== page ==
This is the view looking up the valley from Moor End. I chose it because it gives a great view of a ‘classic’ U-shaped glaciated valley: moorland on the fell tops, steep valley side woodlands and the River Wharfe flowing through what is very much a working living landscape, rich in wildlife.
I’m responsible for the overall management of all the land in National Trust ownership within the Dales, which includes Upper Wharfedale, Malham Tarn Estate, and Braithwaite Hall etc. Our ownership stretches over 20,000 acres, but it is spread over a large geographic area and is very diverse. You’ve got this bleak and open landscape on Malham Moor, and then you go to Wharfedale which forms a slightly softer and more intimate landscape in comparison. We have some really stunning hay meadows, extensive areas of limestone pavement, steep gill and valley side woodland, tarns and wetlands, blanket peat habitat and several small mansion properties – a wide range of interesting places.
We look at the management of our land and how it contributes to the wider landscape – we are often trying to unpick past management which was promoted after the Second World War to try and improve food production and become more self sufficient. This included the large-scale drainage of moorland peat; reduction in native woodland cover; the loss of many flower-rich meadows; hard engineering of rivers and increases in livestock numbers.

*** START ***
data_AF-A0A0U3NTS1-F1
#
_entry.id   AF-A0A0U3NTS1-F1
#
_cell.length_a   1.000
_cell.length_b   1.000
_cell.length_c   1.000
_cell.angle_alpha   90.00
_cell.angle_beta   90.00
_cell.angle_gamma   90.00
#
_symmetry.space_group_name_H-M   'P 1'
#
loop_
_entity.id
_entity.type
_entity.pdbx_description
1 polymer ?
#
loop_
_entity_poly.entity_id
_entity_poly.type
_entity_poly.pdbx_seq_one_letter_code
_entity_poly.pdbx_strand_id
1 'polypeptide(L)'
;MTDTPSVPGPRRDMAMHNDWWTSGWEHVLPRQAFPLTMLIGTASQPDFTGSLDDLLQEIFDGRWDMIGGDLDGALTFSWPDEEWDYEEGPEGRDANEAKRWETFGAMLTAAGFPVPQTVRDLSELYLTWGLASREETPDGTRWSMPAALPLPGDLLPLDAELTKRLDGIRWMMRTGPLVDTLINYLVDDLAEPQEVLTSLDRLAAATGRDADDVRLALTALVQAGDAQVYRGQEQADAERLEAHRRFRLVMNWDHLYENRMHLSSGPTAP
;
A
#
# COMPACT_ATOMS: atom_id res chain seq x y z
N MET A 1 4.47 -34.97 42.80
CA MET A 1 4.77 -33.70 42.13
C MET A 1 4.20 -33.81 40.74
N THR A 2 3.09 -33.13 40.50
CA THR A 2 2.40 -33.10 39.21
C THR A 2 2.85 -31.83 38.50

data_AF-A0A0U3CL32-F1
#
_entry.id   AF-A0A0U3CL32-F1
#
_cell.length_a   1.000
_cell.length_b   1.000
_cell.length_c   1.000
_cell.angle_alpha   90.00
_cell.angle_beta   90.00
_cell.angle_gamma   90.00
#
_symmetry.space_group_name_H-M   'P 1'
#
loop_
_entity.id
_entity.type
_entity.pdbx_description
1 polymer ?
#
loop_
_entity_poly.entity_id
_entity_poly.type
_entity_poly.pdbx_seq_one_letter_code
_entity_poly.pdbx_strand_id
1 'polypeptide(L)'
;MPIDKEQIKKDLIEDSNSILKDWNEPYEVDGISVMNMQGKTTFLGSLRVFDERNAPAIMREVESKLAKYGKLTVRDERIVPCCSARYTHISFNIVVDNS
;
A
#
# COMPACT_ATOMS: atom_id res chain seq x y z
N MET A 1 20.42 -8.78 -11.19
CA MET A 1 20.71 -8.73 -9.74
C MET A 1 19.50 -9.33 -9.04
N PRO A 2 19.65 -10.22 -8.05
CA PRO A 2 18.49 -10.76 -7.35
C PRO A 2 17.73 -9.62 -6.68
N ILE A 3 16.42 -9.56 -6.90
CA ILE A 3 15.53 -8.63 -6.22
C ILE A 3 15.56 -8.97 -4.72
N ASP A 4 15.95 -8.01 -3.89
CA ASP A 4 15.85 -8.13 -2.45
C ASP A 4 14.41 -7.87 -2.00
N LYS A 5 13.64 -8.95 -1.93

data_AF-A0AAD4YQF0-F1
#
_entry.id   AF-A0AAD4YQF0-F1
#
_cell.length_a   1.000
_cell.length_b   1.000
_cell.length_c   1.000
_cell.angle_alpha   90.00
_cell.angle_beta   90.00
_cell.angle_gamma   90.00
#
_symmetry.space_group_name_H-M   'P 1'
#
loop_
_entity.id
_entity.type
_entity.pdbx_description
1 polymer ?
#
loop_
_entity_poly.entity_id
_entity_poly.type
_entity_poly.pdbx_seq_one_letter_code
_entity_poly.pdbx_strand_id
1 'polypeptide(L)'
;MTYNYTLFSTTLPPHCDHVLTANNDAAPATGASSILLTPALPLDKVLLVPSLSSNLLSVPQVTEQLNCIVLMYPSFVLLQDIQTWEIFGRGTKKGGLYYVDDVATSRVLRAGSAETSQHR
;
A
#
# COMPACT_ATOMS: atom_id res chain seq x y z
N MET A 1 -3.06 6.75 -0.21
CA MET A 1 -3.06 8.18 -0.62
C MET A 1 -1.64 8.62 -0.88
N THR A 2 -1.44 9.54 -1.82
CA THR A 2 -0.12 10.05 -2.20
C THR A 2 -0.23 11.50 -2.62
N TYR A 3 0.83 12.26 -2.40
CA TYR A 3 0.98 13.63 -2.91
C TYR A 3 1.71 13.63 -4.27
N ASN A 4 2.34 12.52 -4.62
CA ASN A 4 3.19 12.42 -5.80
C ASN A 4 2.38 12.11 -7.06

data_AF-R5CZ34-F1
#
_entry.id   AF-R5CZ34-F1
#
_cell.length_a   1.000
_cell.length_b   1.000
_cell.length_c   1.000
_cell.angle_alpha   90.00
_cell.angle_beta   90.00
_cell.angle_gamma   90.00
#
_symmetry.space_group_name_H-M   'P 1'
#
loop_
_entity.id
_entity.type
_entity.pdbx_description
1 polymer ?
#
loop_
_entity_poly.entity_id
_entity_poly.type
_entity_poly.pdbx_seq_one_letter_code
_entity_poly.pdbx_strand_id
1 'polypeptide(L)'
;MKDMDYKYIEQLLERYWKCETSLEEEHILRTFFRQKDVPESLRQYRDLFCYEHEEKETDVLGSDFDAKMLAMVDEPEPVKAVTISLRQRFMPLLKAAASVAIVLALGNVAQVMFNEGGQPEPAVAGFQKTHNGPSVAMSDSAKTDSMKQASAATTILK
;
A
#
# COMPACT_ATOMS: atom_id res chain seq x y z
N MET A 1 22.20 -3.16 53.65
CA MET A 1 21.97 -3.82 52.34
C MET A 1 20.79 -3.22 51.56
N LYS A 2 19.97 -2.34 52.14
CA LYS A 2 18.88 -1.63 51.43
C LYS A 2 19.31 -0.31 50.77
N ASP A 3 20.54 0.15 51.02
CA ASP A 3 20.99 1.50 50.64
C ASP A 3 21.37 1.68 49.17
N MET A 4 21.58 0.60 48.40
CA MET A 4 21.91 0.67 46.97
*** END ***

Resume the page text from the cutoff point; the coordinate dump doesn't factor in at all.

These changes in some instances have had a major impact on the hydrology of many upland river systems. The drainage ditches in the peat (the peat acts as a natural sponge and releases water slowly) have increased the speed and amount of water feeding into the steep gills that drain the moor tops, which is then causing erosion of the gills. This brings high volumes of water and gravel into the main river system, which increases the height of the river bed. There has been work in the past to build up the banks to stop the river breaking out and flooding. What’s actually happened in places is that they’ve built up the banks that much, the river’s higher now than the rest of the flood plain, so it actually wants to break out and do something quite dramatic. But of course the flat valley floor is the most important bit for the farmers: that’s where they produce the hay and the silage, which feeds the stock in the winter.
It’s quite a challenge; the river is trying to re-naturalise itself and the National Trust aims to work as much as possible to allow natural processes to take place. However, the farming community would like to keep the flood plain protected as it is. It’s about reaching that balance and working closely with our farm tenants to start the process of allowing the river to slowly naturalise, and giving time for the farmers to adapt their farming practices as the river changes. It’s quite complex.
We’ve been working in partnership with other bodies and our farm tenants over the years. This work has included blocking up of drainage ditches (grips) on peat habitats; restoration and new planting of both gill and valley side woodlands; a series of soft-engineered river bank repairs, and flower-rich hay meadow restoration. This is all to help improve the hydrological function and wildlife diversity of Upper Wharfedale.
I personally love walking, mountain biking and kayaking. I feel very privileged to both work and play in such a special place and feel it gives you much more of an insight into how much everyone involved puts in to managing the Dales.